Bahrain’s record on human rights must affect the annual £2 million of UK funding given to the Gulf kingdom, say campaigners.
Information released under Freedom of Information shows that the UK gave its close military ally and arms customer Bahrain £2.1 million from its Conflict, Stability and Security Fund (CSSF) in 2016.
The CSSF is currently the focal point of an inquiry by MPs into how and where UK overseas aid is allocated.
The revelation comes at a time when Bahrain, which is receiving the funding to reform its much-maligned justice and security apparatus, is, in fact, reversing reforms to an internal intelligence agency accused of torture.
A £500,000 tranche of funding was also given to “public order,” raising concerns the UK could be complicit in human rights abuses, given the reputation of Bahrain’s riot police.
After a session of the Joint Committee on the National Security, MPs lamented that national security adviser Mark Lyall Grant had provided “a high degree of ambiguity.
Julian Lewis MP asked Lyall Grant whether details of CSSF’s £1 billion annual expenditure would be provided “in full to this committee” or if MPs should simply “tear up the fiction that we are in any way able to hold you to account as to how you are spending this very large sum of money?”
“I understand exactly what you’re saying and it may be that if we meet in private then it will be possible to share more information with you,” Lyall Grant responded.
The CSSF is operated by the National Security Council, which is made up of general-level military officers, spy chiefs and senior ministers and operates in 40 countries.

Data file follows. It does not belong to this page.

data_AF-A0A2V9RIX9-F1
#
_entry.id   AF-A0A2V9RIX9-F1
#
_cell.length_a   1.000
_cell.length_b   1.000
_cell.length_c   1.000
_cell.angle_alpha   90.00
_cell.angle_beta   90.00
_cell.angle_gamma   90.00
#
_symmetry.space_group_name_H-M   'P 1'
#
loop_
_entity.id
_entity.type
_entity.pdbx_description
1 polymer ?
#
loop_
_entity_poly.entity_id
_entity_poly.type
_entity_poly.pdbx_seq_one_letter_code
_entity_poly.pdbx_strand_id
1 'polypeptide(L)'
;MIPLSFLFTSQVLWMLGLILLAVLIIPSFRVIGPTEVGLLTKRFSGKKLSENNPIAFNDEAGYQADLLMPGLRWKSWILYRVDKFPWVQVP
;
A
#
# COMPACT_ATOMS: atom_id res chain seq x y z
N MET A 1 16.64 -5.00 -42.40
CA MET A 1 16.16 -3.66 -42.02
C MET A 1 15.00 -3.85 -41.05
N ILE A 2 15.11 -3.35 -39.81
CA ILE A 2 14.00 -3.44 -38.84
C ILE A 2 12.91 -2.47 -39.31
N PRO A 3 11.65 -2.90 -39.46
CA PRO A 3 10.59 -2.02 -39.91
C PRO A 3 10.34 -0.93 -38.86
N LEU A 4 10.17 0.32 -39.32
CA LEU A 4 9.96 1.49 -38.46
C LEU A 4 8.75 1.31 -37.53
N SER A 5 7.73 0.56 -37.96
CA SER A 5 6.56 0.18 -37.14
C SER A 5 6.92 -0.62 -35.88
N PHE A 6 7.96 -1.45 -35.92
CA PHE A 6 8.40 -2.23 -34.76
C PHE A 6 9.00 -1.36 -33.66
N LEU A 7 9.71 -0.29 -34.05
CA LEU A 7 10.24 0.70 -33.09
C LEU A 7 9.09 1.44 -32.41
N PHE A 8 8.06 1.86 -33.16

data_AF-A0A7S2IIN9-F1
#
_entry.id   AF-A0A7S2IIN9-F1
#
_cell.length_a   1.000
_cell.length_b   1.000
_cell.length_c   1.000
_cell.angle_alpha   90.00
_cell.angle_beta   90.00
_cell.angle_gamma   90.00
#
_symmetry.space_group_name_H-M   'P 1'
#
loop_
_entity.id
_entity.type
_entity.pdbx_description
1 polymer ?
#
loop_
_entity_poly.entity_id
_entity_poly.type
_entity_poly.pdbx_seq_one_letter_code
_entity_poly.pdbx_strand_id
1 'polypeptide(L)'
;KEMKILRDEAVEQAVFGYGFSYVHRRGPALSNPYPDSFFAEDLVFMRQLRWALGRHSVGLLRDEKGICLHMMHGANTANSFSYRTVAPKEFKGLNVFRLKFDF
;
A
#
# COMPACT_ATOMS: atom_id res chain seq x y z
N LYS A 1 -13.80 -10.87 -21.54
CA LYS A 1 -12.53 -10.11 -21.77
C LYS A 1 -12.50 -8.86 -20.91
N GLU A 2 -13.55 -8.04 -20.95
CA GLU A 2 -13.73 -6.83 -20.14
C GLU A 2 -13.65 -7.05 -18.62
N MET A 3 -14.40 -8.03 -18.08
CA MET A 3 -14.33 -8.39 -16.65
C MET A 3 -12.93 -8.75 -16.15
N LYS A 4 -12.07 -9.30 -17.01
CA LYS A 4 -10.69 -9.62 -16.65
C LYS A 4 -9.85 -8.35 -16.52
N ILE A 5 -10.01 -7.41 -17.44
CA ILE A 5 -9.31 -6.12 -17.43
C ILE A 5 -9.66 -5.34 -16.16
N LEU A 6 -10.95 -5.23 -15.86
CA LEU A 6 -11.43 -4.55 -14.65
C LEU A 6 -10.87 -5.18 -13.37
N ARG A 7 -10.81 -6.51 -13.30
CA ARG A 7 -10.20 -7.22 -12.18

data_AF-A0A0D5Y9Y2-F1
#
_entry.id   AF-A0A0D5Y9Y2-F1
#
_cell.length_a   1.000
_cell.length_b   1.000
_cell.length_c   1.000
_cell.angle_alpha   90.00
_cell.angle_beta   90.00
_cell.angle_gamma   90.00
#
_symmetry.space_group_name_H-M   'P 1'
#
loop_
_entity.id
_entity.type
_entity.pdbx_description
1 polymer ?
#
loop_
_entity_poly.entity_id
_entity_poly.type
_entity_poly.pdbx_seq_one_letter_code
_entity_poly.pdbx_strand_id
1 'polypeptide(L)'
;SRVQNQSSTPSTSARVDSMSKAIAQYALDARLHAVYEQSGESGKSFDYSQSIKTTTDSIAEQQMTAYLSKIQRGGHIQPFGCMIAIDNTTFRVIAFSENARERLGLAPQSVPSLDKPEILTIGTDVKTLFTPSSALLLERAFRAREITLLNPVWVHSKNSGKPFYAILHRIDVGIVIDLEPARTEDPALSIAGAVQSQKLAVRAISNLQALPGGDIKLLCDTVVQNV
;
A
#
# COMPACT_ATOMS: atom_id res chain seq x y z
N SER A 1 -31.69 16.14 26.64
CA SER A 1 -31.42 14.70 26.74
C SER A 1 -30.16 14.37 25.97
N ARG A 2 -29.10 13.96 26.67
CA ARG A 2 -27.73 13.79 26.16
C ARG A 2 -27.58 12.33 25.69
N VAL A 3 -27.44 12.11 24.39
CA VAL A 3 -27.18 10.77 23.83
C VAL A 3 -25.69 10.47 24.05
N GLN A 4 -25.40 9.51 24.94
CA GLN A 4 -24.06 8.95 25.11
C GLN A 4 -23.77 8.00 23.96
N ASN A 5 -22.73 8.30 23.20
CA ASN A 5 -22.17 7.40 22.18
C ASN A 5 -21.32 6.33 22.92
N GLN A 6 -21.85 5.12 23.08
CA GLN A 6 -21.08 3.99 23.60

The Labour Party has raised concerns that aid handed out through the fund is effectively being militarized to buttress security goals at the expense of human rights obligations.
The NGO Reprieve, which is concerned about the imprisonment of activists, including pro-democracy bloggers and a number of minors, told the Guardian: “It’s troubling that the government sees fit to keep spending taxpayers’ money on these programs, given such apparently poor results – and given the clear risk of complicity in abuse.
“If ministers are determined to wave through more security aid to Bahrain, then they must urgently make that funding conditional on an end to the worst abuses – including the politically motivated use of the death penalty.”
Since the Arab Spring reached Bahrain in early 2011, the state has launched and continued a vicious crackdown on basic liberties under the banner of security.
In November, Prince Charles opened the Mina Salman military base in Bahrain. While it will be used by the UK military, the Royal Navy port was built largely with Bahraini money.